Many of my married friends joke about not being able to remember what life was like before marriage and kids. Much like I can’t remember what life was like before I had children, it’s getting harder and harder for me to remember what life was like before retinoblastoma. I can’t remember back when I didn’t really care what sharp object my child had in her hand. I can’t remember back to when “mandatory safety glasses” weren’t a part of our lives. I can’t remember my daughter’s chest without a scar or a port. And, I can’t remember what my daughter’s face looked like without her prosthetic.

But, I also am thankful that, because of our cancer journey, I now have a daughter who embraces life. I have a daughter who is more kind than her peers, especially when there is a new person in the room. Because of our experiences, my daughter isn’t afraid to talk to someone who looks different or who uses a different ability via a wheelchair, walking stick, white stick, or who speaks in a manner that is unfamiliar to us. My daughter is learning, at an early age, that different is special… that different is good.

She is that kid in school who I always wished I had the confidence to be — she is the one who is friends with everyone because she’s the most kind to everyone. She takes care of others, but she has also learned to advocate for herself. I guess that’s from times when I had to leave her alone in the hospital when she was just 2 years old. She had to learn how to speak clearly, quickly, and to express what she felt and what she needed from strangers, at age 2. When we are out and I see 2-year olds, I am am reminded just how much “growing up” my daughter needed to do.

Diagnosis day — in the past, that was the hardest anniversary for me because it signified such a change in our lives. But, now that we have officially crossed that threshold where my daughter has spent more of her life as a cancer survivor than as a non-cancer survivor, I’m feeling a different emotion about pre-Diagnosis Day. It’s a day that’s ambiguous, unclear, to me .. I’m not able to remember life prior to Retinoblastoma….

and, honestly, I don’t think I want to.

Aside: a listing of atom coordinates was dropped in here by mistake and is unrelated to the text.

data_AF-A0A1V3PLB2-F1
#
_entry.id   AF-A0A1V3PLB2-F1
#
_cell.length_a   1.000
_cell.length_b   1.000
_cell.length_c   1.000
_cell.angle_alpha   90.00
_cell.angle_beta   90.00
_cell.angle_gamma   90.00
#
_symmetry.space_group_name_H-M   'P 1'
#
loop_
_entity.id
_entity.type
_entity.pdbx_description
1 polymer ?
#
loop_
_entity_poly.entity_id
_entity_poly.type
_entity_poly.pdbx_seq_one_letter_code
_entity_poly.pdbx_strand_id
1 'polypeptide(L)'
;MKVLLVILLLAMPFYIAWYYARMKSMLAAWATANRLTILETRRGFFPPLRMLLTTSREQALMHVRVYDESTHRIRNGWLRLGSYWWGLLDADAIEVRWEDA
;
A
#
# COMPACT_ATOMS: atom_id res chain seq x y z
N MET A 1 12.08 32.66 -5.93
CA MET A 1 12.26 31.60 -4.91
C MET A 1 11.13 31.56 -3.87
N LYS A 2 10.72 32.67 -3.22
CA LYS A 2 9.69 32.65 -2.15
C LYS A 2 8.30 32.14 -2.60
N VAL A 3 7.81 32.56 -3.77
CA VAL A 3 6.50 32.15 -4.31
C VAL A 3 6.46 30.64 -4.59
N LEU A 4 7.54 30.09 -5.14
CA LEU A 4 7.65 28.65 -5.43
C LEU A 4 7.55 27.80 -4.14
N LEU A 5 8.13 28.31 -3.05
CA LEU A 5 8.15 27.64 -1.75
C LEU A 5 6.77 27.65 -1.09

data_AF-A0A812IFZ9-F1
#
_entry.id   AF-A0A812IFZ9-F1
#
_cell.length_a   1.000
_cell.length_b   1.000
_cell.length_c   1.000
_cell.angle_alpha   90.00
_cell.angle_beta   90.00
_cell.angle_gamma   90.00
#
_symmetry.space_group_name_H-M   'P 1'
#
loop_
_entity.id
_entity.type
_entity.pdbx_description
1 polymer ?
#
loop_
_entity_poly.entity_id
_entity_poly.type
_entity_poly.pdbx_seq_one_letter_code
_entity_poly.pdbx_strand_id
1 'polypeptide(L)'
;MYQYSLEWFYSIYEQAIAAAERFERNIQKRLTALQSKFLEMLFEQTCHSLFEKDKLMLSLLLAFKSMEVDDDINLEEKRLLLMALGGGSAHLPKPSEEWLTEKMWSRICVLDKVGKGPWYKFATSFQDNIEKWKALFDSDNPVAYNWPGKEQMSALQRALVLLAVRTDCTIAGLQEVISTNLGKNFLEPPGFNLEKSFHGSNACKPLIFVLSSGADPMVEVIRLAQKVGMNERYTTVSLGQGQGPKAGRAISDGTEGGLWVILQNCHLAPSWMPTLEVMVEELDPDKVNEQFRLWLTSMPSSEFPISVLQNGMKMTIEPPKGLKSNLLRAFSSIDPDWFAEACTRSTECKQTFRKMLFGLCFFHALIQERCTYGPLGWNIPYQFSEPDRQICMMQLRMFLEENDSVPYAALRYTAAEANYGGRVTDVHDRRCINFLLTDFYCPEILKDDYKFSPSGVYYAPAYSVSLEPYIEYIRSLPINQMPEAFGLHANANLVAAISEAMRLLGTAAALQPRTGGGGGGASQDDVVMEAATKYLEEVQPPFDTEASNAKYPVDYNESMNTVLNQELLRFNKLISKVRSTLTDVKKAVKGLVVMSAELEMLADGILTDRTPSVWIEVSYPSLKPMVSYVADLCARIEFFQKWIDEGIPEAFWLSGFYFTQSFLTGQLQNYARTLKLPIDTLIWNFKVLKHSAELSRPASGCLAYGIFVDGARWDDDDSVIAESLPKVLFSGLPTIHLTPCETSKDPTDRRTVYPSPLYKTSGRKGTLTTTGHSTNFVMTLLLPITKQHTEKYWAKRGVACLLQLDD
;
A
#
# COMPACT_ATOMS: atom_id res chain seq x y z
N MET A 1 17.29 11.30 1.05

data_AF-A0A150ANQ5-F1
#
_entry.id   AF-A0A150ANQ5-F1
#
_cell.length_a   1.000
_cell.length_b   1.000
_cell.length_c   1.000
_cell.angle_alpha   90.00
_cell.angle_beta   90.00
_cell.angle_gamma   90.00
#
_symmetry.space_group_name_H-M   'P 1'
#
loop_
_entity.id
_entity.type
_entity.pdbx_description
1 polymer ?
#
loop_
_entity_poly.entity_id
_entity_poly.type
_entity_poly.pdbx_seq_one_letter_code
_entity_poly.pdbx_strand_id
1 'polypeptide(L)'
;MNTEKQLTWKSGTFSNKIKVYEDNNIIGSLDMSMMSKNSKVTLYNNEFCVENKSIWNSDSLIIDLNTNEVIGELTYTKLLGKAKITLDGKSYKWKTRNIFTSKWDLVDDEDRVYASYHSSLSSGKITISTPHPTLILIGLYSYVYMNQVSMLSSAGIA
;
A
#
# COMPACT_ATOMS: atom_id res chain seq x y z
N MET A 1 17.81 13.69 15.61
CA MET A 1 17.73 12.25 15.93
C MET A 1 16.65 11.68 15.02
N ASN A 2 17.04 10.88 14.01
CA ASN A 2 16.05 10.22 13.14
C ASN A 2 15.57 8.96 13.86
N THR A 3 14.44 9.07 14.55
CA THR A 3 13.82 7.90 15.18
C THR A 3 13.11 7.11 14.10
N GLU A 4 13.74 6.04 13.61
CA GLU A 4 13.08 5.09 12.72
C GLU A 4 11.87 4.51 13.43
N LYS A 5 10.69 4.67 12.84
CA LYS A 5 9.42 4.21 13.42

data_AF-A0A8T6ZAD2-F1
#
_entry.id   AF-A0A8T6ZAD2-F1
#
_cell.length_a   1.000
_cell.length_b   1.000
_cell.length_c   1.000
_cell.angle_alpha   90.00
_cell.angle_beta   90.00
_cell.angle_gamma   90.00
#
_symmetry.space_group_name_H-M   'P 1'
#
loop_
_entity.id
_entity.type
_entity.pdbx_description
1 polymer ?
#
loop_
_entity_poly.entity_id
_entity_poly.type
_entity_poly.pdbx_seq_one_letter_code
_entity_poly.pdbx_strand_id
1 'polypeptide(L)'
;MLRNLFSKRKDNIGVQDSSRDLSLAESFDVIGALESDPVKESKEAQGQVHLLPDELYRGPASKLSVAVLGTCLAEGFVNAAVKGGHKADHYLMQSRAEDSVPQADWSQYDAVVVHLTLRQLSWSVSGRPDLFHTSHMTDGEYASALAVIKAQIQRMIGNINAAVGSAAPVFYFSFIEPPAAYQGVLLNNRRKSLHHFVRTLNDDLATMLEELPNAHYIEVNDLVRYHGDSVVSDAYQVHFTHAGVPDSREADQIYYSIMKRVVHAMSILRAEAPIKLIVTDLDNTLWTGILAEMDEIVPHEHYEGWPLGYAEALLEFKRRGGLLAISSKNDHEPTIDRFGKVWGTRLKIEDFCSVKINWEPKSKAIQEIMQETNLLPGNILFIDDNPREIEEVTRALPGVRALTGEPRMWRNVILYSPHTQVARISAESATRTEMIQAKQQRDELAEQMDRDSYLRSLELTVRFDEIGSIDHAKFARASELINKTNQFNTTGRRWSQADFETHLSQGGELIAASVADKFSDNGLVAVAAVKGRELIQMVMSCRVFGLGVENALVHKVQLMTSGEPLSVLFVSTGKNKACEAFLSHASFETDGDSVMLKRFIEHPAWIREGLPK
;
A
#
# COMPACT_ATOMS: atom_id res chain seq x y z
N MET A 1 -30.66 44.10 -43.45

If you’ve found this site because of a recent Rb diagnosis,may you find peace on your diagnosis day. If you’re a seasoned Rb family, may you find peace on your anniversary or during this difficult time.

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This is a beautiful coloring book designed for siblings of children with Rb. It’s also an awesome book written in very clear, and yet, age appropriate language. Special thanks to Grace Talusan (with help from Liza), Pam Bergsma (Joey Bergsma’s grandma), and Rob Harrell for contributing their talents for this important book.

"Joey's Special Eye" author, Grace Talusan and Joli

"Joey's Special Eye" author, Grace Talusan and Joli

I recently wrote to the Eye Care Foundation who has generously been funding the publishing of the coloring book. They are getting ready to order more! I’ve put in for an order to be shipped to me, too, so we can make them available in the New England area at our future get-togethers. I’m also hoping to bring them to Mass Eye and Ear when we go for our next appointment as well as bring more to Camp Sunshine next summer.

Leave a comment if you have a copy of the book and tell us what you think about it! (although, we already know how wonderful it is!! 🙂

As a special ‘shout out’ to Grace Talusan – she has been a wonderfully public writer about her experiences as the Aunt of an Rb kid. Grace has published stories in a book called “Silence Kills” as well as has been published in Tufts University Alumni Magazine with her moving story “Blinded.” For more information about Grace Talusan, or to read her stories about Rb, please visit her site. Thanks!